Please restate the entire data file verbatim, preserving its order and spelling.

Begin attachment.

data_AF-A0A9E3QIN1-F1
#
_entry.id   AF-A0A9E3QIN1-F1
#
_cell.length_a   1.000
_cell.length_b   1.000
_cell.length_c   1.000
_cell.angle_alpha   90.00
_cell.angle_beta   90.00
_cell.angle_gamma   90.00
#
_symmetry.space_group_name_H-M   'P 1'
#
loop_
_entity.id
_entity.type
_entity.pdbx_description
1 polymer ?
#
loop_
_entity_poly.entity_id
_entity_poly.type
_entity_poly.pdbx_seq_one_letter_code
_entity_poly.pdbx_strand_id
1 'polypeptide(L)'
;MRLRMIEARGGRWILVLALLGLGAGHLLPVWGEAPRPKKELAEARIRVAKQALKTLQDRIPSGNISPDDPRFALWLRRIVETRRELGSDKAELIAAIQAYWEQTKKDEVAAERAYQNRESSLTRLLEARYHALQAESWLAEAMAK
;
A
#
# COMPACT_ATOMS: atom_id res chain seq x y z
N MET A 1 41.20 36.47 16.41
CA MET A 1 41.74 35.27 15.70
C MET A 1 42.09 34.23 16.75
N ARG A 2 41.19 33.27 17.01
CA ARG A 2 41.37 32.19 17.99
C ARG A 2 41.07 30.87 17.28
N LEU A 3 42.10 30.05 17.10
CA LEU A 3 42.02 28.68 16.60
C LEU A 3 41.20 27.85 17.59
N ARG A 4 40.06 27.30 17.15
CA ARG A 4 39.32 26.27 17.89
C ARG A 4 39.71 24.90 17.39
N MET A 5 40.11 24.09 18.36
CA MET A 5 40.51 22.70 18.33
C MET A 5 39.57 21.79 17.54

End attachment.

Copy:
data_AF-A0A9E3QIN1-F1
#
_entry.id   AF-A0A9E3QIN1-F1
#
_cell.length_a   1.000
_cell.length_b   1.000
_cell.length_c   1.000
_cell.angle_alpha   90.00
_cell.angle_beta   90.00
_cell.angle_gamma   90.00
#
_symmetry.space_group_name_H-M   'P 1'
#
loop_
_entity.id
_entity.type
_entity.pdbx_description
1 polymer ?
#
loop_
_entity_poly.entity_id
_entity_poly.type
_entity_poly.pdbx_seq_one_letter_code
_entity_poly.pdbx_strand_id
1 'polypeptide(L)'
;MRLRMIEARGGRWILVLALLGLGAGHLLPVWGEAPRPKKELAEARIRVAKQALKTLQDRIPSGNISPDDPRFALWLRRIVETRRELGSDKAELIAAIQAYWEQTKKDEVAAERAYQNRESSLTRLLEARYHALQAESWLAEAMAK
;
A
#
# COMPACT_ATOMS: atom_id res chain seq x y z
N MET A 1 41.20 36.47 16.41
CA MET A 1 41.74 35.27 15.70
C MET A 1 42.09 34.23 16.75
N ARG A 2 41.19 33.27 17.01
CA ARG A 2 41.37 32.19 17.99
C ARG A 2 41.07 30.87 17.28
N LEU A 3 42.10 30.05 17.10
CA LEU A 3 42.02 28.68 16.60
C LEU A 3 41.20 27.85 17.59
N ARG A 4 40.06 27.30 17.15
CA ARG A 4 39.32 26.27 17.89
C ARG A 4 39.71 24.90 17.39
N MET A 5 40.11 24.09 18.36
CA MET A 5 40.51 22.70 18.33
C MET A 5 39.57 21.79 17.54